- Jesse Livermore is known for both colossal gains and losses. He made $million in 1929, and by 1934 he had lost all of it (an example that confirms the huge risk involved in stock trading).
- George Soros is one of history’s most successful stock and forex traders. He gained the nickname “the man who broke the bank of England” when he made $1 billion profit from selling $10 billion worth of pounds. He is the chairman of Soros Fund Management.
- Richard Dennis is a successful commodity trader based in Chicago. He made an estimated $200 million over a period of ten years from market speculating.
- Paul Tudor Jones became famous after the market crash of 1987 to make a whopping $100 million from shorting stocks. He is the founder of Tudor Investment Corporation.
- William Delbert Gann is known for developing technical indicators like Gann Angles and the Square of 9. He was a trader who used market forecasting techniques based on astrology, geometry, and mathematics.
- Bill Lipschutz turned $12000 investment in the stock market to $25000 in a few months but lost all of it. He then moved to forex trading, where he has made over $300 million.
- John R. Taylor Jr started as a political analyst for a chemical bank before becoming their forex analyst. He is the owner of FX Concepts, which is a currency managing firm.
- Stanley Druckenmiller is a successful trader who started as an oil analyst for the Pittsburgh National Bank. He was a part of a deal while working at George Soros that raked in $1 billion.
- Andrew Krieger is one of the best trader in the world. He sold kiwi, a New Zealand currency, a trade valued more than the total currency supply. He got revenue of $300 million from the trade.
- Michael Marcus is one of the best and most successful forex traders in the world. Legend Ed Seykota trained him. During the presidency of Ronald Reagan, Marcus held positions of almost $300 million in German marks.
Archives of “paul tudor jones” tagrss
13 Insights From Paul Tudor Jones
1. Markets have consistently experienced “100-year events” every five years. While I spend a significant amount of my time on analytics and collecting fundamental information, at the end of the day, I am a slave to the tape (and proud of it).
2. Younger generation are hampered by the need to understand (and rationalize) why something should go up or down. By the time that it becomes self-evident, the move is over.
3. When I got into the business, there was so little information on fundamentals, and what little information one could get was largely imperfect. We learned just to go with the chart. (Why work when Mr. Market can do it for you?)
4. There are many more deep intellectuals in the business today. That, plus the explosion of information on the Internet, creates an illusion that there is an explanation for everything. Hence, the thinking goes, your primary task is to find that explanation.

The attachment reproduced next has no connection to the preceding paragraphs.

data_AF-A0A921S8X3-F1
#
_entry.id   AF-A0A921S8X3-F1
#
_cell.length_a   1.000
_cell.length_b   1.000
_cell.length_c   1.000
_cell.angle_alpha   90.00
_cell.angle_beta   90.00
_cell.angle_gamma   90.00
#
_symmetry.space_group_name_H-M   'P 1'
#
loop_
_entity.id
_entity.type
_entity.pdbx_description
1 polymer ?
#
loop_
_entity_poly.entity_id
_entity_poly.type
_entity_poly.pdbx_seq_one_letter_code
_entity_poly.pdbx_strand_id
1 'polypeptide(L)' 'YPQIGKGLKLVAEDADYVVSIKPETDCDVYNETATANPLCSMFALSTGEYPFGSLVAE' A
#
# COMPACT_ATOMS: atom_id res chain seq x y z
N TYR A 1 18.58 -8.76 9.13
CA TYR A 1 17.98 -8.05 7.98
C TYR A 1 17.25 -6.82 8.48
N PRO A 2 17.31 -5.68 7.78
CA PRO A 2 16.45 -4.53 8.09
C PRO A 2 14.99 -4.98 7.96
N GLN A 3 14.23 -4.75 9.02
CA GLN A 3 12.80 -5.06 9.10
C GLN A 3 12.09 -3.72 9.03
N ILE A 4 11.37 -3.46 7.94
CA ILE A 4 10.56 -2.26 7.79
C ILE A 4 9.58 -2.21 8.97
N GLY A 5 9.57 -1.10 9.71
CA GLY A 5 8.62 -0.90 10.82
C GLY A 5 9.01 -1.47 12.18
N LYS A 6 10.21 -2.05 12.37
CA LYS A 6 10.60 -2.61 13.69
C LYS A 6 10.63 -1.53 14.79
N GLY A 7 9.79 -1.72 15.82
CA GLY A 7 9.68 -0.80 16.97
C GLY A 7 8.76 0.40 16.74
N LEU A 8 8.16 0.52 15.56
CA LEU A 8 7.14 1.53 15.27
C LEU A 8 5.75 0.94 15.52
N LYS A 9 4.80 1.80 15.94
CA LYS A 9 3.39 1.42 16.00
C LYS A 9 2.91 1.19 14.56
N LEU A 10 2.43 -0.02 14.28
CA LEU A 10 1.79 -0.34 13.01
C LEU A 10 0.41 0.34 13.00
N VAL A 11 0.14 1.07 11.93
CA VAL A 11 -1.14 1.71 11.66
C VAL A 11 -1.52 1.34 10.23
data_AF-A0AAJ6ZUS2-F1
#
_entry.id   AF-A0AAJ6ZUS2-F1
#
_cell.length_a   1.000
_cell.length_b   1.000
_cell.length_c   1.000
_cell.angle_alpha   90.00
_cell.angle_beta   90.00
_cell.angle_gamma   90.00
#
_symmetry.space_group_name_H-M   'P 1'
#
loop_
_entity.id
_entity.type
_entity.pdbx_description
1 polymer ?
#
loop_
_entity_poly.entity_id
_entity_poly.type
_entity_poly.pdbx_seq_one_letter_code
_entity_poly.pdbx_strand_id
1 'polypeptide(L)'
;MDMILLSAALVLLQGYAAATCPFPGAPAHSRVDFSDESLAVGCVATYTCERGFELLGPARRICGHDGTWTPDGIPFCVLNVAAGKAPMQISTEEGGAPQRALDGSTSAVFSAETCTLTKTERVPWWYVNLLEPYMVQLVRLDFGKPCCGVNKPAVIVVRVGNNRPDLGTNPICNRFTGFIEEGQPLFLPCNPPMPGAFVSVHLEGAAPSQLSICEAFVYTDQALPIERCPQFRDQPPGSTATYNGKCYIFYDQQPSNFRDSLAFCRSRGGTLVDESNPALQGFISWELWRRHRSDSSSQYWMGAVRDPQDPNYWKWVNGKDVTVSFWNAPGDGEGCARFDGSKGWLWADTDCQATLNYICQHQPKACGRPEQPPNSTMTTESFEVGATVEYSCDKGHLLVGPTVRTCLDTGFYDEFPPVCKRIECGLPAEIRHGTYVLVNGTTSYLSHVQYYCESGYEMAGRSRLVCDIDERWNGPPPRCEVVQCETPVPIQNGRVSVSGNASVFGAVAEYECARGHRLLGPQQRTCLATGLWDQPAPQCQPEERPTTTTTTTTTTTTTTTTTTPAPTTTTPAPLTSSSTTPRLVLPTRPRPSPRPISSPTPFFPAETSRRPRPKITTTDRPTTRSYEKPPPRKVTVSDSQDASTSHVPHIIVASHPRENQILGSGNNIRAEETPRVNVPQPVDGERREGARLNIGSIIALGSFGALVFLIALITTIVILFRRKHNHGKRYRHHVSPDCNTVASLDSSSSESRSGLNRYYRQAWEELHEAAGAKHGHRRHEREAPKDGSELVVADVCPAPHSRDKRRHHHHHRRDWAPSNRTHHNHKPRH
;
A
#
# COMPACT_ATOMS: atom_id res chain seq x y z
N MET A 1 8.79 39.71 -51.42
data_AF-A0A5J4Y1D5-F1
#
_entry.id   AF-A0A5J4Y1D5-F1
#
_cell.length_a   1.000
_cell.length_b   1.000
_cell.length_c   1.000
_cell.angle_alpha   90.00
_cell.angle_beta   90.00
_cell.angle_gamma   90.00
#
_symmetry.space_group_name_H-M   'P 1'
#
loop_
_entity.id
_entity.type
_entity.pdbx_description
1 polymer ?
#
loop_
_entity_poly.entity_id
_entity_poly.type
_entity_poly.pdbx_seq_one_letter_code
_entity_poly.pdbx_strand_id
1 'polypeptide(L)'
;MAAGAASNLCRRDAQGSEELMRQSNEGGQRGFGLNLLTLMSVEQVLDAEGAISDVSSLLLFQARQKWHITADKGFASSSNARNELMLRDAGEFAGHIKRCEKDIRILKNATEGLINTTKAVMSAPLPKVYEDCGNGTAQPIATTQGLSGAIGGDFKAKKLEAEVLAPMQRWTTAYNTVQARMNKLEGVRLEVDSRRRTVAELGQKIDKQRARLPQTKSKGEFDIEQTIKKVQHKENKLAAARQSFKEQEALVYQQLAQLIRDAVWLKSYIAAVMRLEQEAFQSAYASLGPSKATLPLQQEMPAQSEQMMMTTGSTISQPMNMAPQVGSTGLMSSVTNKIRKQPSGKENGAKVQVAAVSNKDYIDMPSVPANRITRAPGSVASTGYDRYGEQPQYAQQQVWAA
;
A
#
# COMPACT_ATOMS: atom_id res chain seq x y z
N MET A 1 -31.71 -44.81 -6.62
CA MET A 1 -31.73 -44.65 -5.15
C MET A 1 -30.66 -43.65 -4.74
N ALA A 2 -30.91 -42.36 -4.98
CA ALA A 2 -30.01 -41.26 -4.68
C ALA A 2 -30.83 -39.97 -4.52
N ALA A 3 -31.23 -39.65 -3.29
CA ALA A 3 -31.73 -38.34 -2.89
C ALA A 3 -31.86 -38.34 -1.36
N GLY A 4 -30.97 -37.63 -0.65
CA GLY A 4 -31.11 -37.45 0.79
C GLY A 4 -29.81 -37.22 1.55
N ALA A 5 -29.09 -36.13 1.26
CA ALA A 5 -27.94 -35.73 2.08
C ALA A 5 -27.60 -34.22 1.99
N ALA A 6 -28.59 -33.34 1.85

As a result of this poor approach, technical analysis is at the bottom of the study list for many of the younger generation, particularly since the skill often requires them to close their eyes and trust price action. The pain of gain is just too overwhelming to bear. (more…)
How does Paul Tudor Jones see the world now?
“There will be many assets that will move as a result of this money creation. So what is an investor to do? Traditional hedges like gold have done well, and we expect investors to continue to seek refuge in this safe asset. One thing I have learned over time is the best thing to do is let market price action guide your decision-making and then try to understand the fundamentals as they become more evident and comprehensible,” he writes in a note with Lorenzo Giorgianni.
Read any book or blog about trading and you’ll be told controlling one’s emotions is a key skill needed to trade well. On the surface, this sounds like good advice. After all, greed and fear are killers at a trading desk right?
But the evidence doesn’t back up such a notion.
These writers are saying you must be very calm and not get too excited. You must keep an even keel and not ride an emotional roller coaster – as if to imply emotional restraint is a desired state.
I’ve never completely agreed with this concept because I know from casual observation most successful people are very emotional.
- Michael Jordan, Tiger Woods – very intense, very emotional!
- Bobby Knight, Coach K – love them or hate them, they’re extremely emotional and extremely successful.
- Muhammad Ali – intensity, passion, showmanship and yes, emotion.
- Paul Tudor Jones – if you can get your hands on a copy of the PTJ 60-minute documentary the subject supposedly bought up, you’d learn he has off-the-charts competitiveness, intensity and is very emotional.
THE TRADING TEMPERAMENT
Yet it’s a rarity to meet a calm trader, who doesn’t seem to be overly intense or competitive, become successful. This doesn’t mean you have to hurl your keyboard out the window every time you lose money.It’s just means you aren’t likely to succeed if you don’t have a little fire in your gut.
Trading is tough. It takes years of study and practice. Without a strong emotional drive, it’s unlikely a newbie would be willing to put in the time necessary to get good. (more…)
There are so many concepts about the stock market that are taught in the classrooms, promoted throughout the media, and passed along from generation to generation but, unfortunately, most of them are FLAT OUT WRONG!
I decided to write a 5-part series (this is part 2 of 5) on the common misconceptions that really need to stop being promoted. Keep in mind, these are all my humble opinions, but after 16 years of trading and studying market history, one really begins to notice what works and what doesn’t.